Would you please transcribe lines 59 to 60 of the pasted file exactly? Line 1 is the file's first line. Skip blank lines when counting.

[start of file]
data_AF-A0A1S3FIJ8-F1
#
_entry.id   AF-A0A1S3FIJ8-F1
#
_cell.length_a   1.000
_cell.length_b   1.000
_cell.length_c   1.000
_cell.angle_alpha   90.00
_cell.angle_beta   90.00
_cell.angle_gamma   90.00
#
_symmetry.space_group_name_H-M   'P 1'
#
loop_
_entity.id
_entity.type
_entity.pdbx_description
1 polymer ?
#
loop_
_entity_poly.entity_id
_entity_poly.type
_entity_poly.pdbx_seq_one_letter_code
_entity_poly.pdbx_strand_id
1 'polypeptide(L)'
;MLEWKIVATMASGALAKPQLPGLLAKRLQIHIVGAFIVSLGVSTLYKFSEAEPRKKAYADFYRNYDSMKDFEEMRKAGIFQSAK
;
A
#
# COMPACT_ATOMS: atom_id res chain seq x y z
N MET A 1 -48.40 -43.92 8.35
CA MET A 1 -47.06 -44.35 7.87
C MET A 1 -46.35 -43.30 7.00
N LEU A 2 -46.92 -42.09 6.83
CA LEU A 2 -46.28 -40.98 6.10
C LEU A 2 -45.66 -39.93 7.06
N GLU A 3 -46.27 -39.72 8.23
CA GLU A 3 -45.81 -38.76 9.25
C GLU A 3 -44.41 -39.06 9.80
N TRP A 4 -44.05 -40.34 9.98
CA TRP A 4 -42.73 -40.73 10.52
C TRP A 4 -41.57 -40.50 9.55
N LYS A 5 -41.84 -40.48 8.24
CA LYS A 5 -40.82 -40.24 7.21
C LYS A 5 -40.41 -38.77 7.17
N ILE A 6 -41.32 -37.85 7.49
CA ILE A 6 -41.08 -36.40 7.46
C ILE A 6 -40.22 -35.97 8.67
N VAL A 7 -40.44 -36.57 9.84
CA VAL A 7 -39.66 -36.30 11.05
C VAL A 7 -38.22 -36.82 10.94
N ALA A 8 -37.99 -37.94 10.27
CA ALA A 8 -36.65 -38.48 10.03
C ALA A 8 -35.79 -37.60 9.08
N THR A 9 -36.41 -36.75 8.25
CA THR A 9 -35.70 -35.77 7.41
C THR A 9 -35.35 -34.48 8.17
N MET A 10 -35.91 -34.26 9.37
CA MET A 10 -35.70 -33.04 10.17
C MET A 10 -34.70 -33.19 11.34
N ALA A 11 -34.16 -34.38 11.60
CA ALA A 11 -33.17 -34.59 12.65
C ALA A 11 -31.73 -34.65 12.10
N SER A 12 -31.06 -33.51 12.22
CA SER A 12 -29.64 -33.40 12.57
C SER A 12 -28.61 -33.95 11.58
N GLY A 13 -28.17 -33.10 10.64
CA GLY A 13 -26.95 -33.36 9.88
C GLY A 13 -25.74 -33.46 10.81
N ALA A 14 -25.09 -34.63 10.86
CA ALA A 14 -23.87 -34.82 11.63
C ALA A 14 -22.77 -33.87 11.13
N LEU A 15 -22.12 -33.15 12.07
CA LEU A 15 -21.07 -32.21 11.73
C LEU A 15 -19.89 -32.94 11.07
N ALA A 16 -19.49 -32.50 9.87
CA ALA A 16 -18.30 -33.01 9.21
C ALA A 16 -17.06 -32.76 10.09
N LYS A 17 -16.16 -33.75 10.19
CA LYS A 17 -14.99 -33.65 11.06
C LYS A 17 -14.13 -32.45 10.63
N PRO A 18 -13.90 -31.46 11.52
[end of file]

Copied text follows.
CA MET A 10 -35.70 -33.04 10.17
C MET A 10 -34.70 -33.19 11.34